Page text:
Barclays Bank PLC has agreed to pay $298 million to settle criminal charges that it violated U.S. sanctions in dealings with Cuba, Iran, Libya, Sudan and Myanmar, according to U.S. court documents filed on Monday.
The London-based bank was charged with violating the International Emergency Economic Powers Act and the Trading with the Enemy Act in its dealings involving $500 million from 1995 until September 2006, according to the documents.
Barclays and U.S. prosecutors entered into a deferred prosecution agreement that lasts 24 months. A federal judge still must approve the agreement.
Barclays voluntarily disclosed some of the prohibited transactions to U.S. authorities and agreed to cooperate fully, according to the documents filed in federal court in Washington.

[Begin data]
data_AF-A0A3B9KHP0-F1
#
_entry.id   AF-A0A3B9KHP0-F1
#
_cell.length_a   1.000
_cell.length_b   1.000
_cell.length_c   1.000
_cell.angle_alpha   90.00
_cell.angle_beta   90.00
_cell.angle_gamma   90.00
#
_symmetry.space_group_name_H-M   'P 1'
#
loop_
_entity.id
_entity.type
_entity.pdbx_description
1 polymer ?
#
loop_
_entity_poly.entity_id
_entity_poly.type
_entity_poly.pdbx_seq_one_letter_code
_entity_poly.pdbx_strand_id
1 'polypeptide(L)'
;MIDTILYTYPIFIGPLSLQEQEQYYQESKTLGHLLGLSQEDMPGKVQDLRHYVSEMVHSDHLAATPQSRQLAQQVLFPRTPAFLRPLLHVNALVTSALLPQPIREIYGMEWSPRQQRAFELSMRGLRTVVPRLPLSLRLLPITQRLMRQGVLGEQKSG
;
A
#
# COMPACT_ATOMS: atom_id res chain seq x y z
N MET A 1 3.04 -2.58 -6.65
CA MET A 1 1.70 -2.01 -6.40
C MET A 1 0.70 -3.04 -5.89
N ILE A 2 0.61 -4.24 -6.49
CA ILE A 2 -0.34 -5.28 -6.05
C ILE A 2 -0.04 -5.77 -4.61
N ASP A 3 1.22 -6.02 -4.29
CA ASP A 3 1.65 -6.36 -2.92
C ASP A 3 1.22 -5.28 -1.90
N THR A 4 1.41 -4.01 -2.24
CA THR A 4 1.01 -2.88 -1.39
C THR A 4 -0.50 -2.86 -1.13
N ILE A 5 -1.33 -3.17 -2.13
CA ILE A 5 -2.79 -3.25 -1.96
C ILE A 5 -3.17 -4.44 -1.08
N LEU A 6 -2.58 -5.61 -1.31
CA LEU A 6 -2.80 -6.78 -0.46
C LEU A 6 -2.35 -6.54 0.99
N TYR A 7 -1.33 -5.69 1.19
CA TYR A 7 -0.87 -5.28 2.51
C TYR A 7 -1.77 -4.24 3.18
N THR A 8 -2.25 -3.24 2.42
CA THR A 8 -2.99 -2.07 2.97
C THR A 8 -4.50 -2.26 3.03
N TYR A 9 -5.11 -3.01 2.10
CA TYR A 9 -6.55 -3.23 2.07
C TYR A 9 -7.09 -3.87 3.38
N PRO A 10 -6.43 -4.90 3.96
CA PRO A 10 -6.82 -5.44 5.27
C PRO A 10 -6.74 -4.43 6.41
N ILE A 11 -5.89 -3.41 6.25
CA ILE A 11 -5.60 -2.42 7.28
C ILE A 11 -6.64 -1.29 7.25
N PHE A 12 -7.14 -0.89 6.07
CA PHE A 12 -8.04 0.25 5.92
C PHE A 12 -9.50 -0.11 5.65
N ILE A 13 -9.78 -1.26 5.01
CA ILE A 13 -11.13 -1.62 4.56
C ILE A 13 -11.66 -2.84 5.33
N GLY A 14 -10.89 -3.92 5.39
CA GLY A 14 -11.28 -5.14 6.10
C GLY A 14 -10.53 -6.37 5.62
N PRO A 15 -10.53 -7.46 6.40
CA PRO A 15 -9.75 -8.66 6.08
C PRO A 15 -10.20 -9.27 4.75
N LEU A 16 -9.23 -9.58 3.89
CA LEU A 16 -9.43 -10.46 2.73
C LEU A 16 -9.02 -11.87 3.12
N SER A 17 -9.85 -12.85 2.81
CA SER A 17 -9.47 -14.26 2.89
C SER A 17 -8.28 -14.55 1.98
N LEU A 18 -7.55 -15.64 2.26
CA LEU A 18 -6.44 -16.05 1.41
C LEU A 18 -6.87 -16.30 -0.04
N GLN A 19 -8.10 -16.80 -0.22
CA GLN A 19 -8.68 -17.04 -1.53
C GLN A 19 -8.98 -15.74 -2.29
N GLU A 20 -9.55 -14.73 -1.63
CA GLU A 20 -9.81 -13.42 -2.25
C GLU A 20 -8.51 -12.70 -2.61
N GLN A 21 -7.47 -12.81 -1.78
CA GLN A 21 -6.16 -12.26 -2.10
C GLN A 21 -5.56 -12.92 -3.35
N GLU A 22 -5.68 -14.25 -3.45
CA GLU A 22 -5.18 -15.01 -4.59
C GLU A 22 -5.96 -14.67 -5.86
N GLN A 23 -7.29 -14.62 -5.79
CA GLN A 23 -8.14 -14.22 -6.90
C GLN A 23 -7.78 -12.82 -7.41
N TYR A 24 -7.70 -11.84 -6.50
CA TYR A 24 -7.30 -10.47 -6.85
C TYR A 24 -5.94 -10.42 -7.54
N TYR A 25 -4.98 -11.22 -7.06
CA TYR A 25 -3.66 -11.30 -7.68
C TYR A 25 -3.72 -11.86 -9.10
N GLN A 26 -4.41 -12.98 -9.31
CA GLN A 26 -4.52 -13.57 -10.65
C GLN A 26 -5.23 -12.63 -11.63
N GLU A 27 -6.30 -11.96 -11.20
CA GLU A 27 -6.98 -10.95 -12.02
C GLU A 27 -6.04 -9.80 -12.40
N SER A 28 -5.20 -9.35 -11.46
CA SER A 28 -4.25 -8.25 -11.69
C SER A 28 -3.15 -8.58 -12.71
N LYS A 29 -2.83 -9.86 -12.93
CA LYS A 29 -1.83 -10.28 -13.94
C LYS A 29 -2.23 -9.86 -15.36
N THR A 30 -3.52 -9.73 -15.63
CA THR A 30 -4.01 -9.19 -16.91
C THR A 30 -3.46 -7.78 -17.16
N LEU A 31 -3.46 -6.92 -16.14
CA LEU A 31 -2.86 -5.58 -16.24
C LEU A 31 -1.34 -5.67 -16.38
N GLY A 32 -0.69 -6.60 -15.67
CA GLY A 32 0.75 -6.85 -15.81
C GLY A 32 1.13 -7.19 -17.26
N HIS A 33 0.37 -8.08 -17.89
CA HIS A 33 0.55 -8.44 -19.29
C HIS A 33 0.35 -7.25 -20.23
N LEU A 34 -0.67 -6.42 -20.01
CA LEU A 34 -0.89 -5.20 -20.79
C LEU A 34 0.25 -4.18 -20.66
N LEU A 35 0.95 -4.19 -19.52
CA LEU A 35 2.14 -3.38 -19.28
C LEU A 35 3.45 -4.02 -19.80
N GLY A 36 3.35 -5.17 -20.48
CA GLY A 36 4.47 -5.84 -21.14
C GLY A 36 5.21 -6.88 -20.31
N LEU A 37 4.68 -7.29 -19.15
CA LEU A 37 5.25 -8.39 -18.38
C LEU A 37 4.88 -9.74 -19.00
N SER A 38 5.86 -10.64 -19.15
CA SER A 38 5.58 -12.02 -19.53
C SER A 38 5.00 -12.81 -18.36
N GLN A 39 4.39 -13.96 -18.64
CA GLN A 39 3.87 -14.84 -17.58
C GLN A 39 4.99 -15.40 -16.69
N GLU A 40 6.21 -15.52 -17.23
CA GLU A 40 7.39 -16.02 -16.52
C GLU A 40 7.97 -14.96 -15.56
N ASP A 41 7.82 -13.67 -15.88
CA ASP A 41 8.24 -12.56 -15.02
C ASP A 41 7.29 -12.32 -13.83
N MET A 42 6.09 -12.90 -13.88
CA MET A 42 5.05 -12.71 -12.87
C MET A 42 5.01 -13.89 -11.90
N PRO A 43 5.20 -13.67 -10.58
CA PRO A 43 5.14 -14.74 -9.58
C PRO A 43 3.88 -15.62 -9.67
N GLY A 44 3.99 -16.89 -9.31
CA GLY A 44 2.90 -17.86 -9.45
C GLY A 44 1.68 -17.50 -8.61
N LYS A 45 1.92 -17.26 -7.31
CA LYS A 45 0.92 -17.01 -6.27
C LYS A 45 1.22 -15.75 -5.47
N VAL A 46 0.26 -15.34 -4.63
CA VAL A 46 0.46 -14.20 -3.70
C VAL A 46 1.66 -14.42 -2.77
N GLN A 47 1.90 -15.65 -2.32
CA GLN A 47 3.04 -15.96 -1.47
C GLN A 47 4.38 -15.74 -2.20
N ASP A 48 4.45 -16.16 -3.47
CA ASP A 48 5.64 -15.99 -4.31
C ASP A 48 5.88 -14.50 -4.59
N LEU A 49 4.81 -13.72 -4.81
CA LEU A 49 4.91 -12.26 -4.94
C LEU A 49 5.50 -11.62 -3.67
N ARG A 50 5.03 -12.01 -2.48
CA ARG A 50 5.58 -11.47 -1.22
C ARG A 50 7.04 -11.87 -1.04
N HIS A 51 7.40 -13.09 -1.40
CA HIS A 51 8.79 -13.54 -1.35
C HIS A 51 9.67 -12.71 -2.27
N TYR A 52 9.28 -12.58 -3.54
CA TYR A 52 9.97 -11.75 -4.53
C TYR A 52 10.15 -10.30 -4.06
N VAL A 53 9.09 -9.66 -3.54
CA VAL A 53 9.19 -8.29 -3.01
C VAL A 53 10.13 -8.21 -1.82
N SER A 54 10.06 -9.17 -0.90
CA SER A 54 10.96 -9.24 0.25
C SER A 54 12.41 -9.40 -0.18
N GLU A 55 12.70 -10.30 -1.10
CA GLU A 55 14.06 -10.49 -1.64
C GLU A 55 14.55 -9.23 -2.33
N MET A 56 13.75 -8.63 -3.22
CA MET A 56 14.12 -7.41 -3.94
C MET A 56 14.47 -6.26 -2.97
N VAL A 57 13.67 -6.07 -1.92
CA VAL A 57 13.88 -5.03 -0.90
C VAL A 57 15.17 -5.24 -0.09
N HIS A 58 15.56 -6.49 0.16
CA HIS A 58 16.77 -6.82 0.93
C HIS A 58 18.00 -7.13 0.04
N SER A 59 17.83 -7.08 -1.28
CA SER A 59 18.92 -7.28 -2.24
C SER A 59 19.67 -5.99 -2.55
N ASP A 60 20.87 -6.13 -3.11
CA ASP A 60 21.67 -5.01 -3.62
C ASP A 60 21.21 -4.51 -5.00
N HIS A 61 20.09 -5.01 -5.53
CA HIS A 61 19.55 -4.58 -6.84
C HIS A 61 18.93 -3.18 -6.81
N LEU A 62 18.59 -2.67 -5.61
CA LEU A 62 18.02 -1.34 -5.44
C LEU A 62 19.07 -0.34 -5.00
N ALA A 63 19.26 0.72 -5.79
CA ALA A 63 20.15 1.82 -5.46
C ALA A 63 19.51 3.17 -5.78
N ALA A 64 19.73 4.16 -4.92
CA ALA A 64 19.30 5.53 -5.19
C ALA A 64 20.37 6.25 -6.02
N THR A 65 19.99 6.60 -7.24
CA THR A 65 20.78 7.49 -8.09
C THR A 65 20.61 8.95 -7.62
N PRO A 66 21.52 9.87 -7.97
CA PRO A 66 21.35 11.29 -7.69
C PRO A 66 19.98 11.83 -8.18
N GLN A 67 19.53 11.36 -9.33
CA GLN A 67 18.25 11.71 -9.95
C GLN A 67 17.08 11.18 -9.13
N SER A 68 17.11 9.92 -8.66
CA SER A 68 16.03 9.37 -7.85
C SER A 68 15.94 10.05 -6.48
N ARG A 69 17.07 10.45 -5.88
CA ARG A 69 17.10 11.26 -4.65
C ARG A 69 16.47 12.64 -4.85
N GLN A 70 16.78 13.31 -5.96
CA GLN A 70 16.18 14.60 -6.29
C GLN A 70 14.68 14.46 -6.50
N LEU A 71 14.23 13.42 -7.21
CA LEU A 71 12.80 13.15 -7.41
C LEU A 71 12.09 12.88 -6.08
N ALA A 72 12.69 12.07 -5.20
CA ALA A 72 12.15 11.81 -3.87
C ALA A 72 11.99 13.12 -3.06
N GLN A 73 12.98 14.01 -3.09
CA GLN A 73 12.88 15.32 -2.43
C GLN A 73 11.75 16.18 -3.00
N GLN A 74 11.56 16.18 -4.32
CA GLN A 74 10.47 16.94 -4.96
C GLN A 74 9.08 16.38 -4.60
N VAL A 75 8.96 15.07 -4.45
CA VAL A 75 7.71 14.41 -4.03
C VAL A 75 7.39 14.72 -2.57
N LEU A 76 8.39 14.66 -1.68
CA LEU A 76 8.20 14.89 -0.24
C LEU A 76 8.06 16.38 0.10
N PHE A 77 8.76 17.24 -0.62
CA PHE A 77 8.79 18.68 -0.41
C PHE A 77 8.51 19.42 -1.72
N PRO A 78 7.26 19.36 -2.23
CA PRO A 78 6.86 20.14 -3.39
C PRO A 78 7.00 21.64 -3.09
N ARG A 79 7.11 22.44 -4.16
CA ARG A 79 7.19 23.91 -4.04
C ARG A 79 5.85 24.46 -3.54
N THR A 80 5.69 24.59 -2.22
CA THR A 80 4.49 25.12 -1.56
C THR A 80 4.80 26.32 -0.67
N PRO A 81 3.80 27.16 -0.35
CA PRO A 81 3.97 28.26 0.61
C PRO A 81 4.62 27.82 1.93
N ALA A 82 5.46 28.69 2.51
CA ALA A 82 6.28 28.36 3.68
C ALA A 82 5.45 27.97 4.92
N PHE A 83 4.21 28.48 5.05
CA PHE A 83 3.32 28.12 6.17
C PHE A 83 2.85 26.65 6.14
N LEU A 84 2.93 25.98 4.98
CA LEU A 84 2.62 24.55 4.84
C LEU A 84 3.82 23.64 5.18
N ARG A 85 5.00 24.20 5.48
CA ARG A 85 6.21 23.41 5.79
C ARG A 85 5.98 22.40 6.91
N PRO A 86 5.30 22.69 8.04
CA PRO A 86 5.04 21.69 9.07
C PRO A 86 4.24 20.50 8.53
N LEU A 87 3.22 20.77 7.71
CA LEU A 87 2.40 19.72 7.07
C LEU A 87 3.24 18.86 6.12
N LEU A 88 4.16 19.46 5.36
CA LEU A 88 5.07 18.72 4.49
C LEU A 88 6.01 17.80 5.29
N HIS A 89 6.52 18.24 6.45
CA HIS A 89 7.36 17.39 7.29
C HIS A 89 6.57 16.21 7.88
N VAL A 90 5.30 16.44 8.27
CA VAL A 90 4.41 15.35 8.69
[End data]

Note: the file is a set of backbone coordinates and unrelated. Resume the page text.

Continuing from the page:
Barclays has acknowledged responsibility for its actions, according to the documents.
Barclays has agreed to pay $149 million to the U.S. government and a separate $149 million in a deferred prosecution agreement with the district attorney in New York, according to the documents.
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